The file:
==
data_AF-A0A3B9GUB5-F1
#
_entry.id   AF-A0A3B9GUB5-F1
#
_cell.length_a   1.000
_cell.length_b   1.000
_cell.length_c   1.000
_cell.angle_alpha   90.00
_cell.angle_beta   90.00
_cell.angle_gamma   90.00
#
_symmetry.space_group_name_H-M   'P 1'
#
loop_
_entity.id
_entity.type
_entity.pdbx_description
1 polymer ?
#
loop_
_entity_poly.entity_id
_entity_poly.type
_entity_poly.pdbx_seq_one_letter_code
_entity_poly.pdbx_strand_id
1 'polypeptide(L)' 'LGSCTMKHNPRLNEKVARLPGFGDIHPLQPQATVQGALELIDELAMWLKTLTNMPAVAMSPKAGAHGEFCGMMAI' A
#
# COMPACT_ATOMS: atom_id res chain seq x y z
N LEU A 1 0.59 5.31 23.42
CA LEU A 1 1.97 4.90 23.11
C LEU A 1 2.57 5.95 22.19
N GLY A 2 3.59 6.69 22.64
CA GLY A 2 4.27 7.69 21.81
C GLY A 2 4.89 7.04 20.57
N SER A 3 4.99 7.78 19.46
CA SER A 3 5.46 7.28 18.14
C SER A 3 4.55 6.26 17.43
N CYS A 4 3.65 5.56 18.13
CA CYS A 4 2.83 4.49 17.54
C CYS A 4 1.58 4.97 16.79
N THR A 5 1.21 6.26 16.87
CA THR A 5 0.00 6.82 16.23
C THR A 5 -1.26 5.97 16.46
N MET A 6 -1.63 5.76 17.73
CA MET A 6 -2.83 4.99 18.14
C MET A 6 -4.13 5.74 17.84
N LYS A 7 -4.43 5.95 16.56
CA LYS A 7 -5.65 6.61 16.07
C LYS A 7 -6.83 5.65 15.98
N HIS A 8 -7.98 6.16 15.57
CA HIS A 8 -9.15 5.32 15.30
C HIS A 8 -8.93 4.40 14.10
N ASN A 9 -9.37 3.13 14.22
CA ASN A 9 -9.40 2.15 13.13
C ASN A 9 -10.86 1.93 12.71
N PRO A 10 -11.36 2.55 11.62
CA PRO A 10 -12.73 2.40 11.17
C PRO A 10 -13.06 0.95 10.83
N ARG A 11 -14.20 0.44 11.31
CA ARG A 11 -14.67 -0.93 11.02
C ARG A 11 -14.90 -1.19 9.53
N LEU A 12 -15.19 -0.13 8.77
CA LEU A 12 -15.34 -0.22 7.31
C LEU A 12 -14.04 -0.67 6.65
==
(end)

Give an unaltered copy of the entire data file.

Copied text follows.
data_AF-A0A3B9GUB5-F1
#
_entry.id   AF-A0A3B9GUB5-F1
#
_cell.length_a   1.000
_cell.length_b   1.000
_cell.length_c   1.000
_cell.angle_alpha   90.00
_cell.angle_beta   90.00
_cell.angle_gamma   90.00
#
_symmetry.space_group_name_H-M   'P 1'
#
loop_
_entity.id
_entity.type
_entity.pdbx_description
1 polymer ?
#
loop_
_entity_poly.entity_id
_entity_poly.type
_entity_poly.pdbx_seq_one_letter_code
_entity_poly.pdbx_strand_id
1 'polypeptide(L)' 'LGSCTMKHNPRLNEKVARLPGFGDIHPLQPQATVQGALELIDELAMWLKTLTNMPAVAMSPKAGAHGEFCGMMAI' A
#
# COMPACT_ATOMS: atom_id res chain seq x y z
N LEU A 1 0.59 5.31 23.42
CA LEU A 1 1.97 4.90 23.11
C LEU A 1 2.57 5.95 22.19
N GLY A 2 3.59 6.69 22.64
CA GLY A 2 4.27 7.69 21.81
C GLY A 2 4.89 7.04 20.57
N SER A 3 4.99 7.78 19.46
CA SER A 3 5.46 7.28 18.14
C SER A 3 4.55 6.26 17.43
N CYS A 4 3.65 5.56 18.13
CA CYS A 4 2.83 4.49 17.54
C CYS A 4 1.58 4.97 16.79
N THR A 5 1.21 6.26 16.87
CA THR A 5 0.00 6.82 16.23
C THR A 5 -1.26 5.97 16.46
N MET A 6 -1.63 5.76 17.73
CA MET A 6 -2.83 4.99 18.14
C MET A 6 -4.13 5.74 17.84
N LYS A 7 -4.43 5.95 16.56
CA LYS A 7 -5.65 6.61 16.07
C LYS A 7 -6.83 5.65 15.98
N HIS A 8 -7.98 6.16 15.57
CA HIS A 8 -9.15 5.32 15.30
C HIS A 8 -8.93 4.40 14.10
N ASN A 9 -9.37 3.13 14.22
CA ASN A 9 -9.40 2.15 13.13
C ASN A 9 -10.86 1.93 12.71
N PRO A 10 -11.36 2.55 11.62
CA PRO A 10 -12.73 2.40 11.17
C PRO A 10 -13.06 0.95 10.83
N ARG A 11 -14.20 0.44 11.31
CA ARG A 11 -14.67 -0.93 11.02
C ARG A 11 -14.90 -1.19 9.53
N LEU A 12 -15.19 -0.13 8.77
CA LEU A 12 -15.34 -0.22 7.31
C LEU A 12 -14.04 -0.67 6.65